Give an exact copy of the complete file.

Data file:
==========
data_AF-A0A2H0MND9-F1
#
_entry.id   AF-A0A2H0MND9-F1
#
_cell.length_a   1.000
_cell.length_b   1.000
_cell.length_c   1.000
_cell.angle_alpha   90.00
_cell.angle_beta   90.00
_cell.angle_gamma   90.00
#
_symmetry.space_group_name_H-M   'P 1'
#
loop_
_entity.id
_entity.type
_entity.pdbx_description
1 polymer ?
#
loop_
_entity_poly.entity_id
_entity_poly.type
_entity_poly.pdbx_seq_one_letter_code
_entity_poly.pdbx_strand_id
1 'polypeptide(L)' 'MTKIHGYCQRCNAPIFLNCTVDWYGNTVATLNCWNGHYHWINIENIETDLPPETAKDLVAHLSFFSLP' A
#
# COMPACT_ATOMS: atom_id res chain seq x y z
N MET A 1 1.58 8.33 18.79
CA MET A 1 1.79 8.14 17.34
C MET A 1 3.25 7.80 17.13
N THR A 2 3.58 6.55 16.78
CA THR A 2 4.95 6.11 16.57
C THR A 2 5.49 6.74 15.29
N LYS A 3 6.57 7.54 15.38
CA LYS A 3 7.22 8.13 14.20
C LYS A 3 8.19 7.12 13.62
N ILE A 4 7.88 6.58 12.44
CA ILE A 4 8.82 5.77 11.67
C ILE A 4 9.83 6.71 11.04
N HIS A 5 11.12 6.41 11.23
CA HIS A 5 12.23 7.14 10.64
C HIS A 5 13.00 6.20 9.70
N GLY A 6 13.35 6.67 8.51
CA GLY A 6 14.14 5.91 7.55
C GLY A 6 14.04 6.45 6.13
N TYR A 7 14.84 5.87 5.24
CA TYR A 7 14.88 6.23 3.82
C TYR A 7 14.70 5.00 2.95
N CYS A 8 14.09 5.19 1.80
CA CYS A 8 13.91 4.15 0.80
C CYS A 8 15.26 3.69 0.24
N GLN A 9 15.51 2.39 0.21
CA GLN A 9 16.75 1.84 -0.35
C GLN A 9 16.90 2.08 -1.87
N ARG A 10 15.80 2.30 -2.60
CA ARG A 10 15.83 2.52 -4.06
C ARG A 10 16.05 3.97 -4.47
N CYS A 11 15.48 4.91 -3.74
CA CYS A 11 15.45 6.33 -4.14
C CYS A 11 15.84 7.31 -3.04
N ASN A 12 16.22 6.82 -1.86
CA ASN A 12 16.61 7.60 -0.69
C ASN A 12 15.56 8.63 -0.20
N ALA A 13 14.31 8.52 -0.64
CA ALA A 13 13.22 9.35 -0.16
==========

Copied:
data_AF-A0A2H0MND9-F1
#
_entry.id   AF-A0A2H0MND9-F1
#
_cell.length_a   1.000
_cell.length_b   1.000
_cell.length_c   1.000
_cell.angle_alpha   90.00
_cell.angle_beta   90.00
_cell.angle_gamma   90.00
#
_symmetry.space_group_name_H-M   'P 1'
#
loop_
_entity.id
_entity.type
_entity.pdbx_description
1 polymer ?
#
loop_
_entity_poly.entity_id
_entity_poly.type
_entity_poly.pdbx_seq_one_letter_code
_entity_poly.pdbx_strand_id
1 'polypeptide(L)' 'MTKIHGYCQRCNAPIFLNCTVDWYGNTVATLNCWNGHYHWINIENIETDLPPETAKDLVAHLSFFSLP' A
#
# COMPACT_ATOMS: atom_id res chain seq x y z
N MET A 1 1.58 8.33 18.79
CA MET A 1 1.79 8.14 17.34
C MET A 1 3.25 7.80 17.13
N THR A 2 3.58 6.55 16.78
CA THR A 2 4.95 6.11 16.57
C THR A 2 5.49 6.74 15.29
N LYS A 3 6.57 7.54 15.38
CA LYS A 3 7.22 8.13 14.20
C LYS A 3 8.19 7.12 13.62
N ILE A 4 7.88 6.58 12.44
CA ILE A 4 8.82 5.77 11.67
C ILE A 4 9.83 6.71 11.04
N HIS A 5 11.12 6.41 11.23
CA HIS A 5 12.23 7.14 10.64
C HIS A 5 13.00 6.20 9.70
N GLY A 6 13.35 6.67 8.51
CA GLY A 6 14.14 5.91 7.55
C GLY A 6 14.04 6.45 6.13
N TYR A 7 14.84 5.87 5.24
CA TYR A 7 14.88 6.23 3.82
C TYR A 7 14.70 5.00 2.95
N CYS A 8 14.09 5.19 1.80
CA CYS A 8 13.91 4.15 0.80
C CYS A 8 15.26 3.69 0.24
N GLN A 9 15.51 2.39 0.21
CA GLN A 9 16.75 1.84 -0.35
C GLN A 9 16.90 2.08 -1.87
N ARG A 10 15.80 2.30 -2.60
CA ARG A 10 15.83 2.52 -4.06
C ARG A 10 16.05 3.97 -4.47
N CYS A 11 15.48 4.91 -3.74
CA CYS A 11 15.45 6.33 -4.14
C CYS A 11 15.84 7.31 -3.04
N ASN A 12 16.22 6.82 -1.86
CA ASN A 12 16.61 7.60 -0.69
C ASN A 12 15.56 8.63 -0.20
N ALA A 13 14.31 8.52 -0.64
CA ALA A 13 13.22 9.35 -0.16